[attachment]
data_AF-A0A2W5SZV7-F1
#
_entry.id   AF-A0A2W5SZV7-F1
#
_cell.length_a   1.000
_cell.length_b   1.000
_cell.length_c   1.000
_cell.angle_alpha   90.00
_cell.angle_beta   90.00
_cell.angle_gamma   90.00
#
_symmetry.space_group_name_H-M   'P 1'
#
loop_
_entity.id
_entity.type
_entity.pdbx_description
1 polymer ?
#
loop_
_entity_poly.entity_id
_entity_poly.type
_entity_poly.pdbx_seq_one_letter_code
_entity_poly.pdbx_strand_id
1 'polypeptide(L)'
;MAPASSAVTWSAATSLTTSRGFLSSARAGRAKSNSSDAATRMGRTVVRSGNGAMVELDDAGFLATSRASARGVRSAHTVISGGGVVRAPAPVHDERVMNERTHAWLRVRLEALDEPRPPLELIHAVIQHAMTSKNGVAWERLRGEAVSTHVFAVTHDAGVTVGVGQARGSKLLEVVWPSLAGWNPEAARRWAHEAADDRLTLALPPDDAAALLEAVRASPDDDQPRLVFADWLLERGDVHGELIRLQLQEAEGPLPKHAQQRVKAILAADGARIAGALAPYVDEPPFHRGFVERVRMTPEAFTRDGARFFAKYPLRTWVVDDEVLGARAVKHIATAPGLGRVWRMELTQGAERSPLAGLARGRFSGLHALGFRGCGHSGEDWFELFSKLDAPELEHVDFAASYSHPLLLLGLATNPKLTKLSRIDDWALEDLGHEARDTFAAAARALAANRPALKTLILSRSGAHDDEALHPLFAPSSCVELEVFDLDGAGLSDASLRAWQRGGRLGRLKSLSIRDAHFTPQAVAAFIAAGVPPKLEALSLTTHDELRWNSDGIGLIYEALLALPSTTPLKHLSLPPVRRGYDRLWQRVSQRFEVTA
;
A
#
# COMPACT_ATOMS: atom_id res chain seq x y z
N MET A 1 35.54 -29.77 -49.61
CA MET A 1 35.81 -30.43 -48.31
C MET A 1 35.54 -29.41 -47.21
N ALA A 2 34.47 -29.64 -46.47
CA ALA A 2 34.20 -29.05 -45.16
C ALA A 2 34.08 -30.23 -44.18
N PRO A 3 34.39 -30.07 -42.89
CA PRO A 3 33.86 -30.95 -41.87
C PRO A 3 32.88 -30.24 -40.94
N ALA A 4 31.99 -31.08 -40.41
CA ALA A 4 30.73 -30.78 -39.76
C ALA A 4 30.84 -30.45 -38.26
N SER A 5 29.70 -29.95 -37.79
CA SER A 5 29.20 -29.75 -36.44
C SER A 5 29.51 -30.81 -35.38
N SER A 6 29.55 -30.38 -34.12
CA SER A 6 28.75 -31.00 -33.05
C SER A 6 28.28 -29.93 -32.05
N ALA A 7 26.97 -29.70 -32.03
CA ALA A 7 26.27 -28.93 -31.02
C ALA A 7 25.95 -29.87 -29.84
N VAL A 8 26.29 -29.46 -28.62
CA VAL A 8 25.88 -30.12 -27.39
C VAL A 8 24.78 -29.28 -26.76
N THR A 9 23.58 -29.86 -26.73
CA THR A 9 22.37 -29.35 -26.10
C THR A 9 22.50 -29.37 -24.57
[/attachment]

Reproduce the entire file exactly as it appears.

data_AF-A0A2W5SZV7-F1
#
_entry.id   AF-A0A2W5SZV7-F1
#
_cell.length_a   1.000
_cell.length_b   1.000
_cell.length_c   1.000
_cell.angle_alpha   90.00
_cell.angle_beta   90.00
_cell.angle_gamma   90.00
#
_symmetry.space_group_name_H-M   'P 1'
#
loop_
_entity.id
_entity.type
_entity.pdbx_description
1 polymer ?
#
loop_
_entity_poly.entity_id
_entity_poly.type
_entity_poly.pdbx_seq_one_letter_code
_entity_poly.pdbx_strand_id
1 'polypeptide(L)'
;MAPASSAVTWSAATSLTTSRGFLSSARAGRAKSNSSDAATRMGRTVVRSGNGAMVELDDAGFLATSRASARGVRSAHTVISGGGVVRAPAPVHDERVMNERTHAWLRVRLEALDEPRPPLELIHAVIQHAMTSKNGVAWERLRGEAVSTHVFAVTHDAGVTVGVGQARGSKLLEVVWPSLAGWNPEAARRWAHEAADDRLTLALPPDDAAALLEAVRASPDDDQPRLVFADWLLERGDVHGELIRLQLQEAEGPLPKHAQQRVKAILAADGARIAGALAPYVDEPPFHRGFVERVRMTPEAFTRDGARFFAKYPLRTWVVDDEVLGARAVKHIATAPGLGRVWRMELTQGAERSPLAGLARGRFSGLHALGFRGCGHSGEDWFELFSKLDAPELEHVDFAASYSHPLLLLGLATNPKLTKLSRIDDWALEDLGHEARDTFAAAARALAANRPALKTLILSRSGAHDDEALHPLFAPSSCVELEVFDLDGAGLSDASLRAWQRGGRLGRLKSLSIRDAHFTPQAVAAFIAAGVPPKLEALSLTTHDELRWNSDGIGLIYEALLALPSTTPLKHLSLPPVRRGYDRLWQRVSQRFEVTA
;
A
#
# COMPACT_ATOMS: atom_id res chain seq x y z
N MET A 1 35.54 -29.77 -49.61
CA MET A 1 35.81 -30.43 -48.31
C MET A 1 35.54 -29.41 -47.21
N ALA A 2 34.47 -29.64 -46.47
CA ALA A 2 34.20 -29.05 -45.16
C ALA A 2 34.08 -30.23 -44.18
N PRO A 3 34.39 -30.07 -42.89
CA PRO A 3 33.86 -30.95 -41.87
C PRO A 3 32.88 -30.24 -40.94
N ALA A 4 31.99 -31.08 -40.41
CA ALA A 4 30.73 -30.78 -39.76
C ALA A 4 30.84 -30.45 -38.26
N SER A 5 29.70 -29.95 -37.79
CA SER A 5 29.20 -29.75 -36.44
C SER A 5 29.51 -30.81 -35.38
N SER A 6 29.55 -30.38 -34.12
CA SER A 6 28.75 -31.00 -33.05
C SER A 6 28.28 -29.93 -32.05
N ALA A 7 26.97 -29.70 -32.03
CA ALA A 7 26.27 -28.93 -31.02
C ALA A 7 25.95 -29.87 -29.84
N VAL A 8 26.29 -29.46 -28.62
CA VAL A 8 25.88 -30.12 -27.39
C VAL A 8 24.78 -29.28 -26.76
N THR A 9 23.58 -29.86 -26.73
CA THR A 9 22.37 -29.35 -26.10
C THR A 9 22.50 -29.37 -24.57